March 16, 2016

Report finds Church of England failed to deal with sex abuse by clergy

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Members of the clergy enter York Minster before a service to consecrate Reverend Libby Lane as the first female bishop in the Church of England, in York, northern England on January 26, 2015. Photo courtesy of REUTERS/Phil Noble
*Editors: This photo may only be republished with RNS-GREER-COMMENTARY, originally transmitted on March 25, 2015.

Members of the clergy enter York Minster before a service to consecrate Reverend Libby Lane as the first female bishop in the Church of England, in York, northern England on January 26, 2015. Photo courtesy of REUTERS/Phil Noble *Editors: This photo may only be republished with RNS-GREER-COMMENTARY, originally transmitted on March 25, 2015.

CANTERBURY, England (RNS) The Church of England has promised to make far-reaching changes in dealing with future sex abuse cases after the publication of the first independent review commissioned by the country’s established church into its handling of such cases in the past.

The report’s conclusions highlight the “deeply disturbing” failure of those in senior clerical positions to pass on information about the cries for help from a survivor known only as “Joe” over a period of almost four decades.

A report Tuesday (March 15) in The Guardian identifies the clergy as Tim Thornton, bishop of Truro; Richard Holloway, former bishop of Edinburgh; John Eastaugh, deceased bishop of Hereford; and Stephen Platten, former bishop of Wakefield.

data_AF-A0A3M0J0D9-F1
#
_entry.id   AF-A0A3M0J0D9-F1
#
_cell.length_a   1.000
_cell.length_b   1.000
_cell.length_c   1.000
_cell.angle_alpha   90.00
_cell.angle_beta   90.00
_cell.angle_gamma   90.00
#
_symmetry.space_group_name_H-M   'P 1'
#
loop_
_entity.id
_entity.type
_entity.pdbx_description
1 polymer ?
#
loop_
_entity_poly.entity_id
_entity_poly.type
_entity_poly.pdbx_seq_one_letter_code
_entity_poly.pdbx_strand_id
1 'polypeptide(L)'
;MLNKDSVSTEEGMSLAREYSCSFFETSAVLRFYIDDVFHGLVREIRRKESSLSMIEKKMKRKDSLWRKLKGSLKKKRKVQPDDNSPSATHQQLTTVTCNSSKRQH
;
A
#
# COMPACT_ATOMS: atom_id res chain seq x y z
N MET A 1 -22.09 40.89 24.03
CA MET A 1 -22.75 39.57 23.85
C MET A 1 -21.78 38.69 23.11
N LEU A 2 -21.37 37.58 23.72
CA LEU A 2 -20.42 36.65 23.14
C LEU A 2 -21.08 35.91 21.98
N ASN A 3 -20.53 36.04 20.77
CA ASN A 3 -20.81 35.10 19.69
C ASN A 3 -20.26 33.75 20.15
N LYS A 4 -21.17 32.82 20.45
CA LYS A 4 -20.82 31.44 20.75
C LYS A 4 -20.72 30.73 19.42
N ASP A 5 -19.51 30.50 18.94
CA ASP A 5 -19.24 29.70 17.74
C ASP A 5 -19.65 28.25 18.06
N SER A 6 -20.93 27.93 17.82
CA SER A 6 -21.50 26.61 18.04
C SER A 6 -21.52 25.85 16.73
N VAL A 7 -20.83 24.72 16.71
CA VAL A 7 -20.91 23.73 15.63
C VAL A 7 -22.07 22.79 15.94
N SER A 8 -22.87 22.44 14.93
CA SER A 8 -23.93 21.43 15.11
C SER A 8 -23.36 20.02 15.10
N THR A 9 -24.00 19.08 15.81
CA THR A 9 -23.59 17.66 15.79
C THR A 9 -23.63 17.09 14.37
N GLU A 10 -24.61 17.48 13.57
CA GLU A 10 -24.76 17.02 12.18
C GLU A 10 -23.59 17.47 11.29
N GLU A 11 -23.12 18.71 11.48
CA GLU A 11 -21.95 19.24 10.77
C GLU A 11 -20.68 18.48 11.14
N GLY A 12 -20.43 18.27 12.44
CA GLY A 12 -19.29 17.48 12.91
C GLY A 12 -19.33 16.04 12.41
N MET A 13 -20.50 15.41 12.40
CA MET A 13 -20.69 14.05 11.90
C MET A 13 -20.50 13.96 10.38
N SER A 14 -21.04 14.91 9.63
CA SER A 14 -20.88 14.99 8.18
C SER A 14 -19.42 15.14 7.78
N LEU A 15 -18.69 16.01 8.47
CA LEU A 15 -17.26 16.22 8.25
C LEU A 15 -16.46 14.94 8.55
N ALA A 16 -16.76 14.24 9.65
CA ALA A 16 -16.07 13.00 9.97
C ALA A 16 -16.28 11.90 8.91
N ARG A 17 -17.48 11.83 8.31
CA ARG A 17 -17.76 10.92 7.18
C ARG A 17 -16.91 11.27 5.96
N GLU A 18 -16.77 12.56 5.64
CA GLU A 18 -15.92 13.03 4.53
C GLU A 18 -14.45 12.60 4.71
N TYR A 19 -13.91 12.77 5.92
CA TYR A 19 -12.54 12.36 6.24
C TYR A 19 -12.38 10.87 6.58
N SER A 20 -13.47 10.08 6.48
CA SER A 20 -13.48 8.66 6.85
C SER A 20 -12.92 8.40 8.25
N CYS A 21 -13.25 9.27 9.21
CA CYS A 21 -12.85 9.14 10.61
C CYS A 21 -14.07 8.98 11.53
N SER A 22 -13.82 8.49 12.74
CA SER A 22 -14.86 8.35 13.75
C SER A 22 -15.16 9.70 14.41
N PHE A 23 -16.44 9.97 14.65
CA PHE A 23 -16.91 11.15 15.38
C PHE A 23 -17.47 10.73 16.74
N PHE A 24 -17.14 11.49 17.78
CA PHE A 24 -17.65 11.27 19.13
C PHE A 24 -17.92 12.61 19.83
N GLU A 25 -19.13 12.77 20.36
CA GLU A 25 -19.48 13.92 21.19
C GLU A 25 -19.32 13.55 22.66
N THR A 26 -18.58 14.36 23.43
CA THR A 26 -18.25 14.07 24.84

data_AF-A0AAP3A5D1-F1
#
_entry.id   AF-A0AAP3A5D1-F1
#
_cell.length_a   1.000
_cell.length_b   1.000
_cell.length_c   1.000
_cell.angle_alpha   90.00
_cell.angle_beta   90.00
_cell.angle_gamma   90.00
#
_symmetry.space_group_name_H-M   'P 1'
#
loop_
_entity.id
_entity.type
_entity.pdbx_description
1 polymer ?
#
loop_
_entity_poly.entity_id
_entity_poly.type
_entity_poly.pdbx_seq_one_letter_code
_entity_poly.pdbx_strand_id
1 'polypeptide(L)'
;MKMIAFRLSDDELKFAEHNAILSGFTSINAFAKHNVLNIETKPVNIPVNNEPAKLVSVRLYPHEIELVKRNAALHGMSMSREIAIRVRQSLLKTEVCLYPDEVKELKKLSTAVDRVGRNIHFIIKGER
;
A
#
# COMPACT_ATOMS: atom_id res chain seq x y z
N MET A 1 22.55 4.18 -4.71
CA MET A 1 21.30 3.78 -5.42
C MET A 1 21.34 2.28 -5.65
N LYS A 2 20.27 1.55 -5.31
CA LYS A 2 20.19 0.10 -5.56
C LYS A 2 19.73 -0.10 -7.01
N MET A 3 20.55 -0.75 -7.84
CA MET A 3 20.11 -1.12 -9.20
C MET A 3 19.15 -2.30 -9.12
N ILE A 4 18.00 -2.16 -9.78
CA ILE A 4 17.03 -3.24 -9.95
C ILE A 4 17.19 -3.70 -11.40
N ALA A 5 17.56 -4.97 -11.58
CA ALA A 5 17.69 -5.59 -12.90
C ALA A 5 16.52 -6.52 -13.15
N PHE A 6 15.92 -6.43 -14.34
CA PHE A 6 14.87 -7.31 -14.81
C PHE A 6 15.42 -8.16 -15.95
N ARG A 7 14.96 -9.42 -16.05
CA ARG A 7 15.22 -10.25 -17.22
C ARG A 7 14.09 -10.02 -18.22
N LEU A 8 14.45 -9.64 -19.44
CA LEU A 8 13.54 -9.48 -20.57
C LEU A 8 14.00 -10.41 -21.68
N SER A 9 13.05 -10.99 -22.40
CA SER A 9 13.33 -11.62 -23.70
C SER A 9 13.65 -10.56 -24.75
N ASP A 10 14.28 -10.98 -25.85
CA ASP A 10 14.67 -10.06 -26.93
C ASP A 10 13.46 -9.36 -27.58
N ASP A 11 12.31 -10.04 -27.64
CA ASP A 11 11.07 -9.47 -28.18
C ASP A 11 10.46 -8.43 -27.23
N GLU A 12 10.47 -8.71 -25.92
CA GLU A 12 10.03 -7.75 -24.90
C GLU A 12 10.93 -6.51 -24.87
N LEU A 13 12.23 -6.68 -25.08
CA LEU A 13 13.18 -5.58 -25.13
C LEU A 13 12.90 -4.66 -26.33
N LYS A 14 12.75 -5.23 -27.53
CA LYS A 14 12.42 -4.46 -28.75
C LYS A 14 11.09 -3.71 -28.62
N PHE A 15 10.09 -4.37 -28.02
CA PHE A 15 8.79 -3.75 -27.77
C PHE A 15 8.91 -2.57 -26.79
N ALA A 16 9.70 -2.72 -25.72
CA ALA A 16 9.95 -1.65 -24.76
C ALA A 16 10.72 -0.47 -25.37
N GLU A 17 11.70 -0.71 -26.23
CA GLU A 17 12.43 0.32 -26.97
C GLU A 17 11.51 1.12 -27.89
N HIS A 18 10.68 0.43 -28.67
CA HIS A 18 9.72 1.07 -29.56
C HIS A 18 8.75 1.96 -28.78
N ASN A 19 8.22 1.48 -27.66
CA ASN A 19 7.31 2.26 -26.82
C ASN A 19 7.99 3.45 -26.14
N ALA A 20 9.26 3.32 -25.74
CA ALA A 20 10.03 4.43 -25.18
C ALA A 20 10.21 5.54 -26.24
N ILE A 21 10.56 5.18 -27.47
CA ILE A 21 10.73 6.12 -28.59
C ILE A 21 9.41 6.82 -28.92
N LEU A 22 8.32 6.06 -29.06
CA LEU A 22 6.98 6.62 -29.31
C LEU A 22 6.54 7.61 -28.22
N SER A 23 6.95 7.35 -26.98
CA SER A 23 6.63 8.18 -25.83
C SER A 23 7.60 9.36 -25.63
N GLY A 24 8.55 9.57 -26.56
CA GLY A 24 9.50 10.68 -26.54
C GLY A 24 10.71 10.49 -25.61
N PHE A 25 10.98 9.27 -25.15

Richard Holloway, former Bishop of Edinburgh and head of the Episcopal Church (Scotland). Religion News Service photo by Trevor Grundy

Richard Holloway, former Bishop of Edinburgh and head of the Episcopal Church (Scotland). Religion News Service photo by Trevor Grundy


READ: French cardinal accused of cover-up in widening abuse scandal


According to The Guardian, the victim — who was 15 and an altar boy at the time — was subjected in 1976 to a “sadistic” assault by Garth Moore, then a leading figure in the church. Moore died in 1990.

The report said that for the next four decades, Joe pleaded for help and contacted members of the Anglican hierarchy.

None of the men he contacted was able to fully recall the conversation with the survivor.

Holloway became a figure of controversy in Scotland as one of the first big-name campaigners for full Christian rights for gay men and women.

The report is deeply embarrassing to the church, which acknowledged it made for “uncomfortable” reading. In a statement Wednesday, the Church of England said it would offer “full cooperation.”

Last October, the church paid Joe 35,000 pounds (or $49,300) in compensation.

(Trevor Grundy is an RNS correspondent based in Canterbury)